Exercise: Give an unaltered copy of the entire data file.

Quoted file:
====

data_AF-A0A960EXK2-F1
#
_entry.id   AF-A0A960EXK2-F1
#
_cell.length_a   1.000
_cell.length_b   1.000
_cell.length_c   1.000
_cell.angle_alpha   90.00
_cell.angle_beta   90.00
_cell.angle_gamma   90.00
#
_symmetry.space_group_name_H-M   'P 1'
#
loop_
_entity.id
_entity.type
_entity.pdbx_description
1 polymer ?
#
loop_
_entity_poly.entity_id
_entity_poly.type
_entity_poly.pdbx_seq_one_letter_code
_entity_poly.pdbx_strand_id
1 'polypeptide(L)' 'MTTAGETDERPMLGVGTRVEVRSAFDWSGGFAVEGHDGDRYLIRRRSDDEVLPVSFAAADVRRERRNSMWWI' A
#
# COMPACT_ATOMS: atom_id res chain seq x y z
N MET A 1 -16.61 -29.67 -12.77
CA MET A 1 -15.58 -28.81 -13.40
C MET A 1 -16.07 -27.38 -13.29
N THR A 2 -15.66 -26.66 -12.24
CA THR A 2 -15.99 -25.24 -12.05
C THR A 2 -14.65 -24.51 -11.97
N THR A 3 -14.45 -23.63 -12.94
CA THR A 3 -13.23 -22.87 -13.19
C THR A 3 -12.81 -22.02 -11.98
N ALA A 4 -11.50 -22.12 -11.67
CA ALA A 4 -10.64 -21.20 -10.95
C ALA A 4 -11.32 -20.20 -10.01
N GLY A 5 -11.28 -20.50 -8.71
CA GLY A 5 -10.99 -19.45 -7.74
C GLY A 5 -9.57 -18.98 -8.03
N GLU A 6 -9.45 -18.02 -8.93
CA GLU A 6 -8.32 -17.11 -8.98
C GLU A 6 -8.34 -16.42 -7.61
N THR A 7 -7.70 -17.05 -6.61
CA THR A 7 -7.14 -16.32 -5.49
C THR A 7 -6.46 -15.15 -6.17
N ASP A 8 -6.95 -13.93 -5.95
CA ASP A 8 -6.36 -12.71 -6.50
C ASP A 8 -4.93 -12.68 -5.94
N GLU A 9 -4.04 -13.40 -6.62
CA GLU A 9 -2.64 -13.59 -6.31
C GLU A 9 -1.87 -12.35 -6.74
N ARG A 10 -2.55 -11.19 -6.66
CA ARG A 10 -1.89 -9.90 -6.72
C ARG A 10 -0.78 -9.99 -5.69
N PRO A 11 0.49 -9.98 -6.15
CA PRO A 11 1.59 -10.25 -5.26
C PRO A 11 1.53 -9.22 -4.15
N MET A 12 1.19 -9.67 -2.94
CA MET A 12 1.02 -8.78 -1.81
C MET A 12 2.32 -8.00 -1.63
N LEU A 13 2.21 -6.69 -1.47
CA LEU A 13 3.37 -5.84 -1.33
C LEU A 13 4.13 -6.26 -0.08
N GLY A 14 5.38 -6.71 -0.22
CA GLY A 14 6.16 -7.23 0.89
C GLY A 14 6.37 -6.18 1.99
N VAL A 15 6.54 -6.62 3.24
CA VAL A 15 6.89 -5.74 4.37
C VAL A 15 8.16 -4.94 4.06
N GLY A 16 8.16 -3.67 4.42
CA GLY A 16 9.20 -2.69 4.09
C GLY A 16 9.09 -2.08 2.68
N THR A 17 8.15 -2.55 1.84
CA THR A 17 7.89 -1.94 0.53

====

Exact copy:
data_AF-A0A960EXK2-F1
#
_entry.id   AF-A0A960EXK2-F1
#
_cell.length_a   1.000
_cell.length_b   1.000
_cell.length_c   1.000
_cell.angle_alpha   90.00
_cell.angle_beta   90.00
_cell.angle_gamma   90.00
#
_symmetry.space_group_name_H-M   'P 1'
#
loop_
_entity.id
_entity.type
_entity.pdbx_description
1 polymer ?
#
loop_
_entity_poly.entity_id
_entity_poly.type
_entity_poly.pdbx_seq_one_letter_code
_entity_poly.pdbx_strand_id
1 'polypeptide(L)' 'MTTAGETDERPMLGVGTRVEVRSAFDWSGGFAVEGHDGDRYLIRRRSDDEVLPVSFAAADVRRERRNSMWWI' A
#
# COMPACT_ATOMS: atom_id res chain seq x y z
N MET A 1 -16.61 -29.67 -12.77
CA MET A 1 -15.58 -28.81 -13.40
C MET A 1 -16.07 -27.38 -13.29
N THR A 2 -15.66 -26.66 -12.24
CA THR A 2 -15.99 -25.24 -12.05
C THR A 2 -14.65 -24.51 -11.97
N THR A 3 -14.45 -23.63 -12.94
CA THR A 3 -13.23 -22.87 -13.19
C THR A 3 -12.81 -22.02 -11.98
N ALA A 4 -11.50 -22.12 -11.67
CA ALA A 4 -10.64 -21.20 -10.95
C ALA A 4 -11.32 -20.20 -10.01
N GLY A 5 -11.28 -20.50 -8.71
CA GLY A 5 -10.99 -19.45 -7.74
C GLY A 5 -9.57 -18.98 -8.03
N GLU A 6 -9.45 -18.02 -8.93
CA GLU A 6 -8.32 -17.11 -8.98
C GLU A 6 -8.34 -16.42 -7.61
N THR A 7 -7.70 -17.05 -6.61
CA THR A 7 -7.14 -16.32 -5.49
C THR A 7 -6.46 -15.15 -6.17
N ASP A 8 -6.95 -13.93 -5.95
CA ASP A 8 -6.36 -12.71 -6.50
C ASP A 8 -4.93 -12.68 -5.94
N GLU A 9 -4.04 -13.40 -6.62
CA GLU A 9 -2.64 -13.59 -6.31
C GLU A 9 -1.87 -12.35 -6.74
N ARG A 10 -2.55 -11.19 -6.66
CA ARG A 10 -1.89 -9.90 -6.72
C ARG A 10 -0.78 -9.99 -5.69
N PRO A 11 0.49 -9.98 -6.15
CA PRO A 11 1.59 -10.25 -5.26
C PRO A 11 1.53 -9.22 -4.15
N MET A 12 1.19 -9.67 -2.94
CA MET A 12 1.02 -8.78 -1.81
C MET A 12 2.32 -8.00 -1.63
N LEU A 13 2.21 -6.69 -1.47
CA LEU A 13 3.37 -5.84 -1.33
C LEU A 13 4.13 -6.26 -0.08
N GLY A 14 5.38 -6.71 -0.22
CA GLY A 14 6.16 -7.23 0.89
C GLY A 14 6.37 -6.18 1.99
N VAL A 15 6.54 -6.62 3.24
CA VAL A 15 6.89 -5.74 4.37
C VAL A 15 8.16 -4.94 4.06
N GLY A 16 8.16 -3.67 4.42
CA GLY A 16 9.20 -2.69 4.09
C GLY A 16 9.09 -2.08 2.68
N THR A 17 8.15 -2.55 1.84
CA THR A 17 7.89 -1.94 0.53